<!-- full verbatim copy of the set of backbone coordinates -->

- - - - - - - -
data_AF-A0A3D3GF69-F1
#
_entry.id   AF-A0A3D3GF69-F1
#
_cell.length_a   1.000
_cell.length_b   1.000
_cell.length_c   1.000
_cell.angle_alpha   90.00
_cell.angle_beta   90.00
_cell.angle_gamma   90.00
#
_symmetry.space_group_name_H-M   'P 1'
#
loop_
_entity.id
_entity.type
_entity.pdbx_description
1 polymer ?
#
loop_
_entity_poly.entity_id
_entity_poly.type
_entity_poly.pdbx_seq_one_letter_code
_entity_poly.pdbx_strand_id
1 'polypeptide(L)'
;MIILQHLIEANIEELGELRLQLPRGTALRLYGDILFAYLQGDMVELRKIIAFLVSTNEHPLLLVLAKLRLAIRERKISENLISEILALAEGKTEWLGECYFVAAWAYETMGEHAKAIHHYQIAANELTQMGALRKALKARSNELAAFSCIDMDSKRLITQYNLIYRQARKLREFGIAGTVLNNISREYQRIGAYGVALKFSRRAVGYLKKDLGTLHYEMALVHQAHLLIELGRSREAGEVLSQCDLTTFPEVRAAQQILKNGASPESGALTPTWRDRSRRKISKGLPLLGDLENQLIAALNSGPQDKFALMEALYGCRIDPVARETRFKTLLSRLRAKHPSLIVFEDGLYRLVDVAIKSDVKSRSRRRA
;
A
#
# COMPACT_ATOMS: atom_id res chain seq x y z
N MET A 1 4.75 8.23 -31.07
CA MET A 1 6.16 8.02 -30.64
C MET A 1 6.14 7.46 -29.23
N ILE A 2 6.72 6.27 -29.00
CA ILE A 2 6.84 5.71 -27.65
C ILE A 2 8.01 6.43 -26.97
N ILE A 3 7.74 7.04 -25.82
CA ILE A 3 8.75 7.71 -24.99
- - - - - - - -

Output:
data_AF-A0A3D3GF69-F1
#
_entry.id   AF-A0A3D3GF69-F1
#
_cell.length_a   1.000
_cell.length_b   1.000
_cell.length_c   1.000
_cell.angle_alpha   90.00
_cell.angle_beta   90.00
_cell.angle_gamma   90.00
#
_symmetry.space_group_name_H-M   'P 1'
#
loop_
_entity.id
_entity.type
_entity.pdbx_description
1 polymer ?
#
loop_
_entity_poly.entity_id
_entity_poly.type
_entity_poly.pdbx_seq_one_letter_code
_entity_poly.pdbx_strand_id
1 'polypeptide(L)'
;MIILQHLIEANIEELGELRLQLPRGTALRLYGDILFAYLQGDMVELRKIIAFLVSTNEHPLLLVLAKLRLAIRERKISENLISEILALAEGKTEWLGECYFVAAWAYETMGEHAKAIHHYQIAANELTQMGALRKALKARSNELAAFSCIDMDSKRLITQYNLIYRQARKLREFGIAGTVLNNISREYQRIGAYGVALKFSRRAVGYLKKDLGTLHYEMALVHQAHLLIELGRSREAGEVLSQCDLTTFPEVRAAQQILKNGASPESGALTPTWRDRSRRKISKGLPLLGDLENQLIAALNSGPQDKFALMEALYGCRIDPVARETRFKTLLSRLRAKHPSLIVFEDGLYRLVDVAIKSDVKSRSRRRA
;
A
#
# COMPACT_ATOMS: atom_id res chain seq x y z
N MET A 1 4.75 8.23 -31.07
CA MET A 1 6.16 8.02 -30.64
C MET A 1 6.14 7.46 -29.23
N ILE A 2 6.72 6.27 -29.00
CA ILE A 2 6.84 5.71 -27.65
C ILE A 2 8.01 6.43 -26.97
N ILE A 3 7.74 7.04 -25.82
CA ILE A 3 8.75 7.71 -24.99